Being Thankful

The Upside of Arthritis: Being Thankful

I spend a lot of time talking about the bad parts of arthritis. Part of that is because I feel most comfortable venting those frustrations with other sufferers who can relate. It makes me feel less alone. (I hope it does that for you, too.)

But during this season of thankfulness, I’d to take a moment to share the positive outcomes of arthritis. Yes, you read that correctly. There are things that arthritis has brought to my life that I’m downright thankful for. It’s going to be corny, but sincere. So prepare yourself for a saccharin induced toothache. Here are the things arthritis has given me:

Compassion and Sensitivity

I’ve always thought I had a gift for empathy.  I’ve tried to be a good person in my life, to help others, and to understand other people’s positions and struggles. Despite the fact that my health struggles started when I was 17, I can honestly say now that I had no idea what others go through. There are some things in life that I believe no matter how hard you try, you just can’t understand. Arthritis has expanded my ability to understand the struggles of others. To empathize. And even more importantly, to understand that I CAN’T understand some things. My mother was diagnosed with rheumatoid arthritis several years ago. And I tried to understand. But now that I have psoriatic arthritis, I know that I didn’t even begin to grasp what she was going through. It’s made me realize that there are still things in life that I won’t understand unless I experience it. Because of that, I have found an expanded sense of compassion for others.


For all of these years I thought my health was unfortunate. I was dealing with one thing after another. But now I realize how minor those health concerns really were. I had no idea how really luck I was all those years. As a result, I’m also grateful that things aren’t worse. It a simple and beautiful thing.


When you’re young, it’s hard to keep your priorities straight. The combination of peer pressure and media can create almost a brainwashing affect. Even though you’re a rational human being, all of the sudden you want everything the media is telling you is appropriate for you. I will admit it’s happened to me before.

Now, I feel like my priorities are more in line with what really matters to me. I used to feel pressure to make more money, have a job that would impress people, have possessions that would say, “I’m someone that matters.” I’m not saying these desires are wrong. If this is what matters to you, then that’s your truth and more power to you. My truth is that I just want to be healthy and happy. None of those things really matter to me anymore. The way I prioritize my life now reflects that.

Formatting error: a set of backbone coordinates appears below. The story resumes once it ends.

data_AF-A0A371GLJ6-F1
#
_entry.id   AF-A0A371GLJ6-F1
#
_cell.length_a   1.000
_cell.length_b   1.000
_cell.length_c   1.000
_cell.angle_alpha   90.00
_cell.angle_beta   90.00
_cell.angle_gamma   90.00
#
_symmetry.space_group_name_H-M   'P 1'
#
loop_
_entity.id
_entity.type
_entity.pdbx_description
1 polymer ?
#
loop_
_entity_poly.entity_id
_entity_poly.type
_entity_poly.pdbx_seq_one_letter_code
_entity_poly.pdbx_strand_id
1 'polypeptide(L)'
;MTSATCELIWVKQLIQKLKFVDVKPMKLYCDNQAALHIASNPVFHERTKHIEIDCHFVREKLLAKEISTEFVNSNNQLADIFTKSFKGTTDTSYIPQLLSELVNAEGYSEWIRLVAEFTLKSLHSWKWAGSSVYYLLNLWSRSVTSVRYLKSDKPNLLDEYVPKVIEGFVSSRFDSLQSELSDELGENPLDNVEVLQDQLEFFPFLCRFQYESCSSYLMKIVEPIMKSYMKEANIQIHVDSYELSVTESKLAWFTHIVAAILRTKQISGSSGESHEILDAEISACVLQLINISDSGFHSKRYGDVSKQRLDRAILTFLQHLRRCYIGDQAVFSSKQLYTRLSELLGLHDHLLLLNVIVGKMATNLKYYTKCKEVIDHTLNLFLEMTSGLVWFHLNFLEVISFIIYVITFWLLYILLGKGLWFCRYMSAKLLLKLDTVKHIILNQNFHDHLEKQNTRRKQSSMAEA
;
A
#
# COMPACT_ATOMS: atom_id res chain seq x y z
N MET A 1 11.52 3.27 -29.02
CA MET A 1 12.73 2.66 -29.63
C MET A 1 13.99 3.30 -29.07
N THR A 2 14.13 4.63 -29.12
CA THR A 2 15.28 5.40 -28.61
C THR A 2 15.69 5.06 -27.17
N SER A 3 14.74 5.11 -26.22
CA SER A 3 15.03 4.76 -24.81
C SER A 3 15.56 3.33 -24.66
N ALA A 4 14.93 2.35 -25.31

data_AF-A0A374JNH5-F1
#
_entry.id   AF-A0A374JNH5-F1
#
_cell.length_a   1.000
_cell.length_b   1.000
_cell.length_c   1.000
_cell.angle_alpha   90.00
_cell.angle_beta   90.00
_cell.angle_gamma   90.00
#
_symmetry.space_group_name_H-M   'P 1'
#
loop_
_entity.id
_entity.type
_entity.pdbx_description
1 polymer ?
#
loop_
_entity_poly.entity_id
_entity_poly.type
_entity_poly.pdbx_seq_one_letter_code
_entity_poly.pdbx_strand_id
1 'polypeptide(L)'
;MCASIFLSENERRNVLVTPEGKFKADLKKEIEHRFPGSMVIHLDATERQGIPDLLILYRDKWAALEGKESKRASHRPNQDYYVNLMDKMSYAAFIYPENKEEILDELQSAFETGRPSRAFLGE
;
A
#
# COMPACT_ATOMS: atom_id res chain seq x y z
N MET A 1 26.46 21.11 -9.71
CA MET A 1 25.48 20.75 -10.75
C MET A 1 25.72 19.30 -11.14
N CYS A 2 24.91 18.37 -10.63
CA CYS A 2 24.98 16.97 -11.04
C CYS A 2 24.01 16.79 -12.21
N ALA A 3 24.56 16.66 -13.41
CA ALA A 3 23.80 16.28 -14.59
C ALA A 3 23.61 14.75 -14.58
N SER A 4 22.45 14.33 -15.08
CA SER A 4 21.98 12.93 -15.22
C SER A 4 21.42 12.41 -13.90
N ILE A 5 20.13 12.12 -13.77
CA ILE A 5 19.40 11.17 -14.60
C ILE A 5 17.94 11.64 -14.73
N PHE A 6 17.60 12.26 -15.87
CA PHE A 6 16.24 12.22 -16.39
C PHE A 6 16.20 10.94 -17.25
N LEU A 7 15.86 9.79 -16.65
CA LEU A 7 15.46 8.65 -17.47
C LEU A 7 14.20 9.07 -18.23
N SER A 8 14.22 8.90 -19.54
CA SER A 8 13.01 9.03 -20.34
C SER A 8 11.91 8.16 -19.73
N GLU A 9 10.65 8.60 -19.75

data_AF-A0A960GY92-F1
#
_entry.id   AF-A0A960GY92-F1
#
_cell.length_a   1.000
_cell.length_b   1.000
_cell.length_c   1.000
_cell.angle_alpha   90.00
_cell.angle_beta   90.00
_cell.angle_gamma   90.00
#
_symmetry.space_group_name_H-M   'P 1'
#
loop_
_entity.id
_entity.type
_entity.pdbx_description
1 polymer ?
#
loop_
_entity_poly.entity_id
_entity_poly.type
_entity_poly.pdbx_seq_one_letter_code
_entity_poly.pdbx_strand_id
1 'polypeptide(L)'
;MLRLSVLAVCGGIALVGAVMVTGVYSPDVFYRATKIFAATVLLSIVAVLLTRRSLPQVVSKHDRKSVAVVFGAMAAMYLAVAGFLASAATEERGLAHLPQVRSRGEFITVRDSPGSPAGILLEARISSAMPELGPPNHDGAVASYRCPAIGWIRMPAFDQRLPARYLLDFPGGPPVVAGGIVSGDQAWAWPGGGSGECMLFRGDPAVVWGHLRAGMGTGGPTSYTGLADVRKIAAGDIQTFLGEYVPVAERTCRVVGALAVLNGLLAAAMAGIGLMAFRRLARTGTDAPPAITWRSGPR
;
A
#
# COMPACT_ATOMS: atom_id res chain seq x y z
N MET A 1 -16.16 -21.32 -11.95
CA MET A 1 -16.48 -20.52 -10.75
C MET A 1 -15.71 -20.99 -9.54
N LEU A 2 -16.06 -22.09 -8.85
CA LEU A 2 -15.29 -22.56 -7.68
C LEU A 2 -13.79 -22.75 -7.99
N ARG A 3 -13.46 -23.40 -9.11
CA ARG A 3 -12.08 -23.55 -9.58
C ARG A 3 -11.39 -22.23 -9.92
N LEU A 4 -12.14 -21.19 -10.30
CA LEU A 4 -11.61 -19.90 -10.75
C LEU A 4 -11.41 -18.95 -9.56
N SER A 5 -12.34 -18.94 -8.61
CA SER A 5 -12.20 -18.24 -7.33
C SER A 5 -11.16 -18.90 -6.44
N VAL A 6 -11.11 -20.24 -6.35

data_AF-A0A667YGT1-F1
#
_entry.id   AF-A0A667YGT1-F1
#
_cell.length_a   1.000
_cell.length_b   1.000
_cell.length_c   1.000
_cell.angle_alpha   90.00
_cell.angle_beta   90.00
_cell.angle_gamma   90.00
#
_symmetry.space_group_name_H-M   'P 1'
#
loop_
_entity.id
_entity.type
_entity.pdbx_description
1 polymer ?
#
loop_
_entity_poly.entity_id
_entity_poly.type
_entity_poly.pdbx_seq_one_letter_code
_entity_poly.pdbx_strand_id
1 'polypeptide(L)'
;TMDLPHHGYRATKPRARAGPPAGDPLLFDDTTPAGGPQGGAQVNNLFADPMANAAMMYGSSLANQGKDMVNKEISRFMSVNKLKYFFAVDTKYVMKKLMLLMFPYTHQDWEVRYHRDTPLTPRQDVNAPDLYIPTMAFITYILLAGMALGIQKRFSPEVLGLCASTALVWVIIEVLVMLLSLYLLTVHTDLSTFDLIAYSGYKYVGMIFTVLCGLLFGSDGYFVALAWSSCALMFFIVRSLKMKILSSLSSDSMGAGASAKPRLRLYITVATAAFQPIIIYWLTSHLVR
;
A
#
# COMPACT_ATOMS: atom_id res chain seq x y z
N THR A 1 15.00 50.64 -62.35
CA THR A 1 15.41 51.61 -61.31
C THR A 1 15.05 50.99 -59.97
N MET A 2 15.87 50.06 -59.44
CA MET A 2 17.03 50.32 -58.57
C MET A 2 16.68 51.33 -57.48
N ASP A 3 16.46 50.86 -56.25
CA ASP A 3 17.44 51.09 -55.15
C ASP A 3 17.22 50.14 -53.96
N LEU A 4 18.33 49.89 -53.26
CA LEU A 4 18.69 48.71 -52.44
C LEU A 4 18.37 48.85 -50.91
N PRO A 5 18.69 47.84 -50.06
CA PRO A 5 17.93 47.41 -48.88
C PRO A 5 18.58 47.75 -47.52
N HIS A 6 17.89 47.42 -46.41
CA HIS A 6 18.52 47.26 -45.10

It’s hard to characterize this, because I’m a worrier by nature. I ALWAYS have been. It’s not that I don’t worry now, but I worry differently.  I find it easier to let go of the little things. And when you’re diagnosed with a chronic, degenerative disease… it tends to change your perspective on size. For example, I have always worried about money in a super huge way. No matter what my financial situation has been. When Hurricane Matthew was on its way to North Carolina I was going back and forth on whether I was going to evacuate. In the end I chose to go for a few days. And of course, that meant spending money that I had not planned to spend on a hotel. Ouch. I normally would have worried about that one so much that I probably would have stayed. And you know what, maybe I would have been fine if I had stayed. But maybe I wouldn’t have. A hotel bill is certainly worth some piece of mind. It’s a SMALL price to pay. That change in perspective has been a huge help.

During this Thanksgiving week I hope all of you suffering from arthritis have minimal pain, lots of yummy food and the time to take a moment to acknowledge the positive things arthritis has brought to your life.